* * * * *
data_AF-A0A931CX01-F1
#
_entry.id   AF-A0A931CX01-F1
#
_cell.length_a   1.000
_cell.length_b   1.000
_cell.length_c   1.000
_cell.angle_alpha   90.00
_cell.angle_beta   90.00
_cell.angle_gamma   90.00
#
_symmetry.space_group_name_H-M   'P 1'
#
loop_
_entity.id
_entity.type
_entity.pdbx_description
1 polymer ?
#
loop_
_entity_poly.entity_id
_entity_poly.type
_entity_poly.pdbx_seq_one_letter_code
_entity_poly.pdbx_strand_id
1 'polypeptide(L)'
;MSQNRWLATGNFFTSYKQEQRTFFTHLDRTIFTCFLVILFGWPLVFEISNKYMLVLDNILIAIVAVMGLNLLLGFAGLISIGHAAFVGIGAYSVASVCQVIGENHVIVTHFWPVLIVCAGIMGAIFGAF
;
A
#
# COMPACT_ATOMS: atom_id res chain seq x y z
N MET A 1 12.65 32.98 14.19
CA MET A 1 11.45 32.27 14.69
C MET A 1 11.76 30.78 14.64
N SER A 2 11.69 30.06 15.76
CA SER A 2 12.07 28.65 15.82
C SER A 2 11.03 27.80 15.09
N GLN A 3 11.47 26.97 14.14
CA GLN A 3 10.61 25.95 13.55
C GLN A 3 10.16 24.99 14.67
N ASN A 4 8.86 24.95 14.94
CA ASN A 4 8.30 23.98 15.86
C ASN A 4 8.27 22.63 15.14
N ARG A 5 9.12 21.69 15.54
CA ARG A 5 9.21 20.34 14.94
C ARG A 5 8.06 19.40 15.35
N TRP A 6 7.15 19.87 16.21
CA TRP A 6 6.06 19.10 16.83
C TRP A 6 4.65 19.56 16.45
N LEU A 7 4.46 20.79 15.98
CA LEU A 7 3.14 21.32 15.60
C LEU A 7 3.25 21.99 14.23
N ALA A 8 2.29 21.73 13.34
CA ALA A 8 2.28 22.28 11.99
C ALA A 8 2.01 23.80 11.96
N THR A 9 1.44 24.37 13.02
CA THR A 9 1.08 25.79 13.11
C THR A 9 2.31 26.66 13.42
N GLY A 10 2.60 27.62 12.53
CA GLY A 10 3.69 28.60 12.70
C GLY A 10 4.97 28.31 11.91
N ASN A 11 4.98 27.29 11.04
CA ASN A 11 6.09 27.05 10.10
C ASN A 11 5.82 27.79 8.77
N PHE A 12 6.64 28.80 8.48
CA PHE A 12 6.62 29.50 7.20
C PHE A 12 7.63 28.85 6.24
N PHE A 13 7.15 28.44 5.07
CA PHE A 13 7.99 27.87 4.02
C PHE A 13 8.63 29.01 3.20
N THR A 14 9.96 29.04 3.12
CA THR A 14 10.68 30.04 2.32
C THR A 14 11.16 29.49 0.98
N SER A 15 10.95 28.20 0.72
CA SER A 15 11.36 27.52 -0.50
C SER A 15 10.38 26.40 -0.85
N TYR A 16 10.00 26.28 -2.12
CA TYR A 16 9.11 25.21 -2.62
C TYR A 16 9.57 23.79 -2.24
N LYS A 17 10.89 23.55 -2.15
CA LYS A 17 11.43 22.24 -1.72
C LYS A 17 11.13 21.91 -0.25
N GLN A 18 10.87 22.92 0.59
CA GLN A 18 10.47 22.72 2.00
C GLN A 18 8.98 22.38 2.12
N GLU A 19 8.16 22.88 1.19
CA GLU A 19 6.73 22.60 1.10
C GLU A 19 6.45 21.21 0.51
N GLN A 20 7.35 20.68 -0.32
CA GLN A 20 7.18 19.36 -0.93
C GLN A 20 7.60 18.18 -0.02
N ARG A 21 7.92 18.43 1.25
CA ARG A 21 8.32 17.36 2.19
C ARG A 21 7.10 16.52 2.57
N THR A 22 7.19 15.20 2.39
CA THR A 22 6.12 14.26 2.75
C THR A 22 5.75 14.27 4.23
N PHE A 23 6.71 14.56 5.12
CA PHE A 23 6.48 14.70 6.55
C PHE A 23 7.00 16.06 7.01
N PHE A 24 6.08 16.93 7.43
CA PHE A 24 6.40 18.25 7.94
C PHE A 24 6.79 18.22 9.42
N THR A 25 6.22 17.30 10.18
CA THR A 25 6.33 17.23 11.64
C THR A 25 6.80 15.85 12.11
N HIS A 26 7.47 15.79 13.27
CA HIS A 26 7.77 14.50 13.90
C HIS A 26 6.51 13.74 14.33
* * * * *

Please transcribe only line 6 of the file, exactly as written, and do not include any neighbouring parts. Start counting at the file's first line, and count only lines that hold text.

_cell.length_b   1.000